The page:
[chuck-dev] fixed array compatibility checking (PATCH)

Dan Trueman dtrueman at princeton.edu
Wed Sep 5 22:18:57 EDT 2012

LiSa multichannel is for multichannel output. i haven't looked at it in a long while, as there were issues with the chuck implementation of multichannel stuff, and i welcome someone smarter than me to fix/finish it....


On Sep 5, 2012, at 10:06 PM, Robin Haberkorn wrote:

> btw.
> 1st) I see many places in the ChucK code where null pointers are checked
> like this:
> if( pointer )...
> This is a common mistake since the null pointer does not necessarily
> have to be 0. That's one of the reasons why there is a NULL macro which
> may be defined differently (by the operating system or a specific
> compiler). If I recall correctly it's even a Linux kernel build option.
> So instead it should read
> if( pointer != NULL )
> 2nd) There have been significant changes on LiSa in ChucK v1.3.0.0 which
> are completely undocumented and not even mentioned in the change log.
> For once, it mas been made a multi-channel UGen (8 output channels for
> whatever reason), breaking existing ChucK programs.
> E.g. LiSa l => Gain g => dac;
> l's channel 0 is not chucked to g. You must do that explicitly.
> Could you tell me why it has been made a multi-channel UGen? I don't see
> how you can record multi-channel samples, set the number of channels
> used by a sample, etc.
> I will have a look at LiSa code next since it appears to be really
> really slow. So slow that a bank of 7 LiSas (not doing anything!) in my
> UGen graph completely swallows all of my remaining DSP load.
> cheers,
> Robin
> On 06/09/12 03:29, Robin Haberkorn wrote:
>> Hi!
>> Here's another minor bug fix.
>> Consider this example:
>> UGen @osc[2];
>> new SinOsc @=> osc[0];
>> new PulseOsc @=> osc[1];
>> It will work because the type checker will consider SinOsc/PulseOsc and
>> UGen compatible for assignment (using the "isa" function which in turn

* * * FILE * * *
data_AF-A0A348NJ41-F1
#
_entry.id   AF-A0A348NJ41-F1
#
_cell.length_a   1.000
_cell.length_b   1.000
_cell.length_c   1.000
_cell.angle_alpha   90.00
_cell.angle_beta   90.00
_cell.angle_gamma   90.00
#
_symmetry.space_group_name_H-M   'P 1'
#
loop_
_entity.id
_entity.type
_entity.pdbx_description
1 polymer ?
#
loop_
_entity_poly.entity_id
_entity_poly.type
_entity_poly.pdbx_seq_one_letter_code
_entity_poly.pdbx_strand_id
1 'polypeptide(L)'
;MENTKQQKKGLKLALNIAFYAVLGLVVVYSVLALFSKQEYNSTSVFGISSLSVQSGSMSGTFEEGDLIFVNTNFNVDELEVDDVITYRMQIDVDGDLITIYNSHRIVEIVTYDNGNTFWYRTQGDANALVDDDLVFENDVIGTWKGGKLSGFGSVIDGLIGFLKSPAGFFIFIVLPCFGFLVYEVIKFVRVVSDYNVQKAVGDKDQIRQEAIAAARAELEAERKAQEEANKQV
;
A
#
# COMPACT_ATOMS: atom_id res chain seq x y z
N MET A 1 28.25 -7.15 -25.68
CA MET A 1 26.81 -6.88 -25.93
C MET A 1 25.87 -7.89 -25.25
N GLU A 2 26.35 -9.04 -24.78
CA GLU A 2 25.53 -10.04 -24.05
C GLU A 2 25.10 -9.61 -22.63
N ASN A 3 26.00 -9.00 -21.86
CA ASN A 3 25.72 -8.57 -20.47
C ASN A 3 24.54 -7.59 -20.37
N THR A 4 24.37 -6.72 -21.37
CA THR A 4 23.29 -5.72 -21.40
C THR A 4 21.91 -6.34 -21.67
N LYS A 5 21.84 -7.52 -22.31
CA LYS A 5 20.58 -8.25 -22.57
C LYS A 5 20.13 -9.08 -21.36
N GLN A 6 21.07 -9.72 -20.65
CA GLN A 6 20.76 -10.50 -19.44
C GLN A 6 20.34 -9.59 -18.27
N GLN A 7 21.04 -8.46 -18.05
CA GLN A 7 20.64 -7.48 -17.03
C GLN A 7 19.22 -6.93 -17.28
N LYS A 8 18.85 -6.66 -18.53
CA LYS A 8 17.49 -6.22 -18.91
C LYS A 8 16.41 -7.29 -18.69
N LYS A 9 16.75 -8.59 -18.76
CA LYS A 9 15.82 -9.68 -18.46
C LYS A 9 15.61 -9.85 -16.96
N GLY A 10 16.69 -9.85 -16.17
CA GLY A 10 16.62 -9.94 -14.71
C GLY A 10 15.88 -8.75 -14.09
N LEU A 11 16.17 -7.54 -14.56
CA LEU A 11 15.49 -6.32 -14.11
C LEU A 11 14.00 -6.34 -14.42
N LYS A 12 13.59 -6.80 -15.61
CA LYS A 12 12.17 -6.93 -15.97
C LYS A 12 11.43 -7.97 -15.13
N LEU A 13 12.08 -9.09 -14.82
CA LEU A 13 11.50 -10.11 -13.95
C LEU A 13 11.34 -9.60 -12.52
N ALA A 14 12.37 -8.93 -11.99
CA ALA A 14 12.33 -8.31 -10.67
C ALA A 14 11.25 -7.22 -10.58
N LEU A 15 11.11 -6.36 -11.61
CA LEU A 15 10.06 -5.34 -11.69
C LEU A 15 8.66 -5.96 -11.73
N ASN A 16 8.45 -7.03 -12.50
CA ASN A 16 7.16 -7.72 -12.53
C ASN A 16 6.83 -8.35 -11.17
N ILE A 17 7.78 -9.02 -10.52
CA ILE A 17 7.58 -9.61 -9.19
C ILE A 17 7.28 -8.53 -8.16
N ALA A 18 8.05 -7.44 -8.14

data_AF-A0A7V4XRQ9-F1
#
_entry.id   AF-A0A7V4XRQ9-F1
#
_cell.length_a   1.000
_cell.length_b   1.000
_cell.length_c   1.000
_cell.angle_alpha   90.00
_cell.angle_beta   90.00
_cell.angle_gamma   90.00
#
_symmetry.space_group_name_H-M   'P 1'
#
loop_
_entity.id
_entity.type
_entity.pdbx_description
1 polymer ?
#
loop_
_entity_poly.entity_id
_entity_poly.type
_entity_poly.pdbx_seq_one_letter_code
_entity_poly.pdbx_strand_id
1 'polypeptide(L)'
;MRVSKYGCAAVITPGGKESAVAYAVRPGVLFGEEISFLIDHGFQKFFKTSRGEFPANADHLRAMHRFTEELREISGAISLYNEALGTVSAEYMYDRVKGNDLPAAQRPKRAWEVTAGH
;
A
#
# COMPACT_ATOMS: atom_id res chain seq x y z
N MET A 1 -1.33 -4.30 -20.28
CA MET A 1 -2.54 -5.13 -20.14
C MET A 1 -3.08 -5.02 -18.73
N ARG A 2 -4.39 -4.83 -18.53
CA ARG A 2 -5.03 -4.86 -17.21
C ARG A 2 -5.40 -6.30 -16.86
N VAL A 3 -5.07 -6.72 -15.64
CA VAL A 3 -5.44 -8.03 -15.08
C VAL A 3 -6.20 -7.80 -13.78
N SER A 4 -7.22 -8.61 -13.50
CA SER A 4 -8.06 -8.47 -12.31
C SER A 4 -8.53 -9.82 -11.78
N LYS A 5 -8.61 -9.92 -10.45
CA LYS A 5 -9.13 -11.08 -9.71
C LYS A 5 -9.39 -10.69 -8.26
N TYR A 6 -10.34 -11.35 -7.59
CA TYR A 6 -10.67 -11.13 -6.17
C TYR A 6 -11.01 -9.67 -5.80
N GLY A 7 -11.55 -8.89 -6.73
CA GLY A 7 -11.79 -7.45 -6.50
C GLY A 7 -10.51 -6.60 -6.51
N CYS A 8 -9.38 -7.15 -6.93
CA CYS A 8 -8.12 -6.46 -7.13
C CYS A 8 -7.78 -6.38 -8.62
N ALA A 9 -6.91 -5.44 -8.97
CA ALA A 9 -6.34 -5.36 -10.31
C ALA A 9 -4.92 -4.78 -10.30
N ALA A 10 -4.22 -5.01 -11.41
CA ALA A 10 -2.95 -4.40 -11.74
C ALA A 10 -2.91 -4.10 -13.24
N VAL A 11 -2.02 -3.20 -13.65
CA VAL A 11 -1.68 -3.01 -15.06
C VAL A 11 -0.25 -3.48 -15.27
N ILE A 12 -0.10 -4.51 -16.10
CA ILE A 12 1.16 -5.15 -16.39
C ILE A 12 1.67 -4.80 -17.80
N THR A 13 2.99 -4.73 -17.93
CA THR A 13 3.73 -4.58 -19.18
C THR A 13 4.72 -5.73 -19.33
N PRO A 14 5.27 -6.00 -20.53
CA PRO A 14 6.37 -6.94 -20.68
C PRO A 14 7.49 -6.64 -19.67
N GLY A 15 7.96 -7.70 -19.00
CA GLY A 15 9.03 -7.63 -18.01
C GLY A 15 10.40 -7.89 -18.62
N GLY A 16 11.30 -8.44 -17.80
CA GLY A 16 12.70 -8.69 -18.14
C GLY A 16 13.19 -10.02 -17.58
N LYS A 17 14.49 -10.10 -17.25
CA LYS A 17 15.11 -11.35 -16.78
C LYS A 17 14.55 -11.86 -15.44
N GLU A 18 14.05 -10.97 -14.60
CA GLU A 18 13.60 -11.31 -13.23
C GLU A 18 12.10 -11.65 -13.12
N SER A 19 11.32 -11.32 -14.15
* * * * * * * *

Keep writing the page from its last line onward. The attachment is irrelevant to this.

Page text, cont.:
>> is using the <= operator). This is because Chuck_Type "<=" will check
>> that SinOsc is a child of UGen.
>> However, unintuitively you cannot use the array constructor:
>> [new SinOsc, new PulseOsc] @=> UGen @osc[];
>> Since the left-hand-side type (Osc[] in this case) is not considered
>> compatible to UGen[]. Neither are they directly the same nor are they
>> descended.
>> That's because "<=" does not check for the arrays' "actual" types (Osc
>> and UGen) being compatible.
>> You must either declare the "osc" variable with the same type as the
>> constructed array:
>> [new SinOsc, new PulseOsc] @=> Osc @osc[];
>> or you have to cast the array members to UGen so the lhs type is
>> (predictably) UGen[]:
>> [new SinOsc $ UGen, new PulseOsc $ UGen] @=> UGen @osc[];
>> Both options are not very intuitive for the user. The "Osc" class/type
>> is not even documented I think. Not to mention that it's not always easy
>> to guess the type of a constructed Object array.
>> The attached patch fixes that by allowing arrays of the same depth and
>> derived "actual" types being considered compatible.
>> I think this is the last array patch for the time being, though I'm
>> tempted to implement support for map keys in the inline array
>> constructor :-).
>> Best regards,
>> Robin
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